August 26, 2014 - 3.5 Hours

Begin Fitting the Top Cowl

One of the things I love about summer is the nice weather. My garage is only 20' x 20' and at this stage of the game, there's not a lot of room in there. So whenever possible, I like to pull her outside to work. That's what I did today, to begin the fitting and trimming of the top half of the cowl. The idea is real simple. You just lay the cowl down on top of the engine, leave a 1/4" space in front between the front of the cowl and the spinner. Then you can mark the aft edge for trimming to fit.

I had to admit, it was pretty exciting to see the final lines of the airplane for the first time! At least across the top of the cowl. I made a bit of a mistake here. In my anxious state of mind to get started, I simply used some 1/4" sticks and clamps to hold things in place at this point. This led to some trouble, as I'll describe shortly. There's a better way to go. I cut a piece of black PVC tubing as a spacer, to put in between these spinner plates where the prop will eventually go. That way I could put the prop bolts on to hold it all together and simulate how things will actually be. Turns out, there's too much flexibility in these spinner plates, by themselves. To really stiffen things up, the spinner should be clecoed in place as well. I learned that the hard way, too. There's another good reason to have the spinner in place, and that's to set the height of the cowl, up or down in relation to the spinner. Most builders want to account for some engine sag, and they leave the aft edge of the spinner sitting up above the cowl about 1/8" or so. My engine has been mounted for quite some time, so I may not get much sag, if any. How can you really know? This is one question that is somewhat of an unknown for me, and I'm not really sure what to do. I think I'll split the difference, and maybe leave about 1/16" for sag. If it sags more than that, it will still be okay.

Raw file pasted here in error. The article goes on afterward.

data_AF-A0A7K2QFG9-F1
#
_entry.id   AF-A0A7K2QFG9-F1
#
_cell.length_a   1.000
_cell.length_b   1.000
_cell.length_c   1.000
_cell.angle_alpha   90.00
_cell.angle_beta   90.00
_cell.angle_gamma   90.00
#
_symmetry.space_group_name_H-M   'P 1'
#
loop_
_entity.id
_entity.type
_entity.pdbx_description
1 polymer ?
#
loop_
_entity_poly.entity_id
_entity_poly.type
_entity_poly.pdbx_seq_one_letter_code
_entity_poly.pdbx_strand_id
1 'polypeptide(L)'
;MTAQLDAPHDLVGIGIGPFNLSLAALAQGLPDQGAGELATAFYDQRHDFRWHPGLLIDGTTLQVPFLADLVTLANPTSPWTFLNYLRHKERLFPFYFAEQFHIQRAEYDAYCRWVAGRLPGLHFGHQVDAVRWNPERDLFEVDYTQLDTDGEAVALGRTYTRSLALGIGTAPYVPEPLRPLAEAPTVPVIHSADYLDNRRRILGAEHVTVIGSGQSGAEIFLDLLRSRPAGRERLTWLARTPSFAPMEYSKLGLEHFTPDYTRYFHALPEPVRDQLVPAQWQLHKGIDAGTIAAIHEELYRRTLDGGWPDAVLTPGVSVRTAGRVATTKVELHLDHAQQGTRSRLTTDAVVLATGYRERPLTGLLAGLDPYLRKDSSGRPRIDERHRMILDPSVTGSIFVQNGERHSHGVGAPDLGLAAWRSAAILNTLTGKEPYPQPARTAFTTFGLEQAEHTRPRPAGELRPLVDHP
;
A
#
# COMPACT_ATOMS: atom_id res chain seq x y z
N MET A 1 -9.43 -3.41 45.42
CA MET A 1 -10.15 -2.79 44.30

Before laying the top cowl down, I had previously measured carefully and drawn a line with my fine sharpie, exactly 2" back from the front of the top skin. Then you lay the cowl down, measure 2" from the line and mark the cowl for trimming. I also marked the cowl for the center, so I would make sure to get it accurately placed each time it goes on. It's hard to see below, but the cowl is lying on the front skin (all clecoes removed for now underneath it), ready to mark for trimming.

Here you can see my marked trim line, and the cut has been started at the top.

Here's my die-grinder with the cutting disk, used to make the cut. It reminds me of cutting the canopy. With a lot less stress! Cut well behind the trim line, so you can carefully sand up to the line and not go too far. So far, so good!

Here's one of the most valuable, important tools you'll need for working on the cowl. A nice, perfectly flat, sanding board. You can use a board, a 2 x 2, or in my case, a leftover piece of stiff aluminum angle. I used part of a sanding belt from a belt sander, cut to fit and glued to the aluminum with some spray-on 3M adhesive. I left it oversized until it was firmly glued in place, then trimmed it to the sides of the aluminum. You need this tool to do accurate sanding of the edges of the cowl, to avoid any highs and lows, or waves. It's essential to get a very straight, perfectly flat, good edge. I use my fine wire brush and shop vac to clean this up when it gets clogged with fiberglass, and it greatly extends the life, before pulling the sandpaper off and replacing it with new material.

After carefully sanding down to the line, I put it back on the plane. Clecos back in place now. The initial cut and sanding looks pretty good! It was on and off several times as I sanded my way carefully down to the line.

The left side of the cowl, looking pretty nice!

When I first marked this line, I continued the trim line from across the top, in a straight line down to the edge. But you can see it takes a joggle or turn here, along the side of the fuselage. You don't know precisely where the "corner" of this joggle is until you get the top edge sanded so it will lay down flush on top of the hinge. Then you can mark it and draw this second trim line. This is another reason why I marked the center on the very top of the cowl, so I get it positioned carefully in the same position every time. You also see the fine line 2" from the front, down the side of the fuselage. Same thing as across the top. Measure 2" forward from this line, mark the cowl for trimming.

That pretty much wraps up this session. I feel like a lot has been accomplished so far.

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